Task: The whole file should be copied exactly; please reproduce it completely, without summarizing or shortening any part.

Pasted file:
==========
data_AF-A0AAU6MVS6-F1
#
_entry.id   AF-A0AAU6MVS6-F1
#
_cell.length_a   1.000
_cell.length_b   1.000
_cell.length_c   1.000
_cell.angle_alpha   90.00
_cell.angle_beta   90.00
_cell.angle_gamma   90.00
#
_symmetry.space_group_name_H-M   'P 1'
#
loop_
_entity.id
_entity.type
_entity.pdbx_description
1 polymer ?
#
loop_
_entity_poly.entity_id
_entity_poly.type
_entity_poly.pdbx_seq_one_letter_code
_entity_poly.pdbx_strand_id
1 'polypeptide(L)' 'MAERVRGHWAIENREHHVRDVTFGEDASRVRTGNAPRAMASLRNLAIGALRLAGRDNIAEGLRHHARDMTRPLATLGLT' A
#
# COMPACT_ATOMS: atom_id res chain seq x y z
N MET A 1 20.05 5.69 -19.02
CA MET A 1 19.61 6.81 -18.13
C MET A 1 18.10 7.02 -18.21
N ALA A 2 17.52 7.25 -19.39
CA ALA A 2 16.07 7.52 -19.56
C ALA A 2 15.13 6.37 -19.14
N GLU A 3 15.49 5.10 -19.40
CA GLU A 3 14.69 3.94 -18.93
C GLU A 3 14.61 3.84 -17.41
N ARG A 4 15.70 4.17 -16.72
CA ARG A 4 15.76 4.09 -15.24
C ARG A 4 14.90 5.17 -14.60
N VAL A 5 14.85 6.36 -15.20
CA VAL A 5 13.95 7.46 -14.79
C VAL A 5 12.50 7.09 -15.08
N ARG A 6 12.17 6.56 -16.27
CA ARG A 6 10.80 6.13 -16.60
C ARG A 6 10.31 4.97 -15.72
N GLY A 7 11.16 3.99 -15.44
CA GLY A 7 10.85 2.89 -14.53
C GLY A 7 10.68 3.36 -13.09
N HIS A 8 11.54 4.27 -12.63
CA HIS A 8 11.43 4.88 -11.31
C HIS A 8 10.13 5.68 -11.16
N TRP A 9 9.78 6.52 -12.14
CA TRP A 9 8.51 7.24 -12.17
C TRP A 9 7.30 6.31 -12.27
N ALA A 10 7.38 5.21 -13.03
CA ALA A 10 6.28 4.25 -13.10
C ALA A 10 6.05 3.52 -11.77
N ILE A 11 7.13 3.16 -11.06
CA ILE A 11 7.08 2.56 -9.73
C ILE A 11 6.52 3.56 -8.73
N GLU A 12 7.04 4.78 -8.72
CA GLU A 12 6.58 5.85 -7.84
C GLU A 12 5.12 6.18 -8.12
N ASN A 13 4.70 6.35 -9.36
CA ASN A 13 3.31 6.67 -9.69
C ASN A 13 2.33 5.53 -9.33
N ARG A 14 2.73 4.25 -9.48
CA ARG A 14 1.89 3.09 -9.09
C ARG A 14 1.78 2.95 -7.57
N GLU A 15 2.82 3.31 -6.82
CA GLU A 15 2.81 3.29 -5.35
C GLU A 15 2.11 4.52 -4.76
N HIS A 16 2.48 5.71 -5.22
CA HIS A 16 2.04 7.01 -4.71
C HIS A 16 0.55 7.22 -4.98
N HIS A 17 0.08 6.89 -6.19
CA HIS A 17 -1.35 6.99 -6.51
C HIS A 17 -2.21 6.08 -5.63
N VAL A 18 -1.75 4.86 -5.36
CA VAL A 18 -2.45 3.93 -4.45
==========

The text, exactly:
data_AF-A0AAU6MVS6-F1
#
_entry.id   AF-A0AAU6MVS6-F1
#
_cell.length_a   1.000
_cell.length_b   1.000
_cell.length_c   1.000
_cell.angle_alpha   90.00
_cell.angle_beta   90.00
_cell.angle_gamma   90.00
#
_symmetry.space_group_name_H-M   'P 1'
#
loop_
_entity.id
_entity.type
_entity.pdbx_description
1 polymer ?
#
loop_
_entity_poly.entity_id
_entity_poly.type
_entity_poly.pdbx_seq_one_letter_code
_entity_poly.pdbx_strand_id
1 'polypeptide(L)' 'MAERVRGHWAIENREHHVRDVTFGEDASRVRTGNAPRAMASLRNLAIGALRLAGRDNIAEGLRHHARDMTRPLATLGLT' A
#
# COMPACT_ATOMS: atom_id res chain seq x y z
N MET A 1 20.05 5.69 -19.02
CA MET A 1 19.61 6.81 -18.13
C MET A 1 18.10 7.02 -18.21
N ALA A 2 17.52 7.25 -19.39
CA ALA A 2 16.07 7.52 -19.56
C ALA A 2 15.13 6.37 -19.14
N GLU A 3 15.49 5.10 -19.40
CA GLU A 3 14.69 3.94 -18.93
C GLU A 3 14.61 3.84 -17.41
N ARG A 4 15.70 4.17 -16.72
CA ARG A 4 15.76 4.09 -15.24
C ARG A 4 14.90 5.17 -14.60
N VAL A 5 14.85 6.36 -15.20
CA VAL A 5 13.95 7.46 -14.79
C VAL A 5 12.50 7.09 -15.08
N ARG A 6 12.17 6.56 -16.27
CA ARG A 6 10.80 6.13 -16.60
C ARG A 6 10.31 4.97 -15.72
N GLY A 7 11.16 3.99 -15.44
CA GLY A 7 10.85 2.89 -14.53
C GLY A 7 10.68 3.36 -13.09
N HIS A 8 11.54 4.27 -12.63
CA HIS A 8 11.43 4.88 -11.31
C HIS A 8 10.13 5.68 -11.16
N TRP A 9 9.78 6.52 -12.14
CA TRP A 9 8.51 7.24 -12.17
C TRP A 9 7.30 6.31 -12.27
N ALA A 10 7.38 5.21 -13.03
CA ALA A 10 6.28 4.25 -13.10
C ALA A 10 6.05 3.52 -11.77
N ILE A 11 7.13 3.16 -11.06
CA ILE A 11 7.08 2.56 -9.73
C ILE A 11 6.52 3.56 -8.73
N GLU A 12 7.04 4.78 -8.72
CA GLU A 12 6.58 5.85 -7.84
C GLU A 12 5.12 6.18 -8.12
N ASN A 13 4.70 6.35 -9.36
CA ASN A 13 3.31 6.67 -9.69
C ASN A 13 2.33 5.53 -9.33
N ARG A 14 2.73 4.25 -9.48
CA ARG A 14 1.89 3.09 -9.09
C ARG A 14 1.78 2.95 -7.57
N GLU A 15 2.82 3.31 -6.82
CA GLU A 15 2.81 3.29 -5.35
C GLU A 15 2.11 4.52 -4.76
N HIS A 16 2.48 5.71 -5.22
CA HIS A 16 2.04 7.01 -4.71
C HIS A 16 0.55 7.22 -4.98
N HIS A 17 0.08 6.89 -6.19
CA HIS A 17 -1.35 6.99 -6.51
C HIS A 17 -2.21 6.08 -5.63
N VAL A 18 -1.75 4.86 -5.36
CA VAL A 18 -2.45 3.93 -4.45